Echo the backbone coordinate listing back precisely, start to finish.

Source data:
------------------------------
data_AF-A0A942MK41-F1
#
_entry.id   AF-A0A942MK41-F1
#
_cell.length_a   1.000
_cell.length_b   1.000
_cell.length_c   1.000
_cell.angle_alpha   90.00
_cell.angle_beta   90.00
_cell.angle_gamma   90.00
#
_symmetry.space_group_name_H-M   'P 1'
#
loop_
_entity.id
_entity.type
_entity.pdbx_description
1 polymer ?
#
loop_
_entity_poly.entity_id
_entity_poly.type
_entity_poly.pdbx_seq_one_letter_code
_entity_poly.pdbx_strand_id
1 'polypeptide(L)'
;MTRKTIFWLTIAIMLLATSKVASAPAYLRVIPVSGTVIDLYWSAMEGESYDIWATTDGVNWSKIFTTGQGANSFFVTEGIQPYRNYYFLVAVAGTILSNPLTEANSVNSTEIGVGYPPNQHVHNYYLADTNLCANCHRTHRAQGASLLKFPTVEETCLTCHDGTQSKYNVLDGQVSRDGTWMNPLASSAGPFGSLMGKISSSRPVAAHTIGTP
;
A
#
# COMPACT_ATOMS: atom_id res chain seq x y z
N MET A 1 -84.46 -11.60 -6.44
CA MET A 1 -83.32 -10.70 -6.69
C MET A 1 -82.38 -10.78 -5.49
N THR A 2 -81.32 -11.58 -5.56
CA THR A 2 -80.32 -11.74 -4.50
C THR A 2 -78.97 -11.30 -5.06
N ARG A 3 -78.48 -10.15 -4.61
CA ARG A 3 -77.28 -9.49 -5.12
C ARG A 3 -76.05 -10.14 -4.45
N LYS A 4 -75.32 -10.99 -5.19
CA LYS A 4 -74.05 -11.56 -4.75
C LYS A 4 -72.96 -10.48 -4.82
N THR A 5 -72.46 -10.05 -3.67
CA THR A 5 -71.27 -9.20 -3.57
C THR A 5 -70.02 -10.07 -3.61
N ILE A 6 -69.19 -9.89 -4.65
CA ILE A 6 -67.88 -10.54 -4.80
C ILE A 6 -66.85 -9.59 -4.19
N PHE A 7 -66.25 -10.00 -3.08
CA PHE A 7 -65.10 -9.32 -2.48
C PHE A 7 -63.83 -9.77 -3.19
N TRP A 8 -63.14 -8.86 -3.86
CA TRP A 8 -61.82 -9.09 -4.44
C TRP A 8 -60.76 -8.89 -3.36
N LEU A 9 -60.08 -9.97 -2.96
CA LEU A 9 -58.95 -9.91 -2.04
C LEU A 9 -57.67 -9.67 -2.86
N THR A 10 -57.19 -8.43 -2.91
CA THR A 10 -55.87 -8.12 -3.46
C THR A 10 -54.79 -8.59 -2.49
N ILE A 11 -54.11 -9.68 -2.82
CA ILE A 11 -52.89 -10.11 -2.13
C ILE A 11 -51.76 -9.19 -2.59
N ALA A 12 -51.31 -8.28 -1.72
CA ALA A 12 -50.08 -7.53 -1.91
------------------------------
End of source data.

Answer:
data_AF-A0A942MK41-F1
#
_entry.id   AF-A0A942MK41-F1
#
_cell.length_a   1.000
_cell.length_b   1.000
_cell.length_c   1.000
_cell.angle_alpha   90.00
_cell.angle_beta   90.00
_cell.angle_gamma   90.00
#
_symmetry.space_group_name_H-M   'P 1'
#
loop_
_entity.id
_entity.type
_entity.pdbx_description
1 polymer ?
#
loop_
_entity_poly.entity_id
_entity_poly.type
_entity_poly.pdbx_seq_one_letter_code
_entity_poly.pdbx_strand_id
1 'polypeptide(L)'
;MTRKTIFWLTIAIMLLATSKVASAPAYLRVIPVSGTVIDLYWSAMEGESYDIWATTDGVNWSKIFTTGQGANSFFVTEGIQPYRNYYFLVAVAGTILSNPLTEANSVNSTEIGVGYPPNQHVHNYYLADTNLCANCHRTHRAQGASLLKFPTVEETCLTCHDGTQSKYNVLDGQVSRDGTWMNPLASSAGPFGSLMGKISSSRPVAAHTIGTP
;
A
#
# COMPACT_ATOMS: atom_id res chain seq x y z
N MET A 1 -84.46 -11.60 -6.44
CA MET A 1 -83.32 -10.70 -6.69
C MET A 1 -82.38 -10.78 -5.49
N THR A 2 -81.32 -11.58 -5.56
CA THR A 2 -80.32 -11.74 -4.50
C THR A 2 -78.97 -11.30 -5.06
N ARG A 3 -78.48 -10.15 -4.61
CA ARG A 3 -77.28 -9.49 -5.12
C ARG A 3 -76.05 -10.14 -4.45
N LYS A 4 -75.32 -10.99 -5.19
CA LYS A 4 -74.05 -11.56 -4.75
C LYS A 4 -72.96 -10.48 -4.82
N THR A 5 -72.46 -10.05 -3.67
CA THR A 5 -71.27 -9.20 -3.57
C THR A 5 -70.02 -10.07 -3.61
N ILE A 6 -69.19 -9.89 -4.65
CA ILE A 6 -67.88 -10.54 -4.80
C ILE A 6 -66.85 -9.59 -4.19
N PHE A 7 -66.25 -10.00 -3.08
CA PHE A 7 -65.10 -9.32 -2.48
C PHE A 7 -63.83 -9.77 -3.19
N TRP A 8 -63.14 -8.86 -3.86
CA TRP A 8 -61.82 -9.09 -4.44
C TRP A 8 -60.76 -8.89 -3.36
N LEU A 9 -60.08 -9.97 -2.96
CA LEU A 9 -58.95 -9.91 -2.04
C LEU A 9 -57.67 -9.67 -2.86
N THR A 10 -57.19 -8.43 -2.91
CA THR A 10 -55.87 -8.12 -3.46
C THR A 10 -54.79 -8.59 -2.49
N ILE A 11 -54.11 -9.68 -2.82
CA ILE A 11 -52.89 -10.11 -2.13
C ILE A 11 -51.76 -9.19 -2.59
N ALA A 12 -51.31 -8.28 -1.72
CA ALA A 12 -50.08 -7.53 -1.91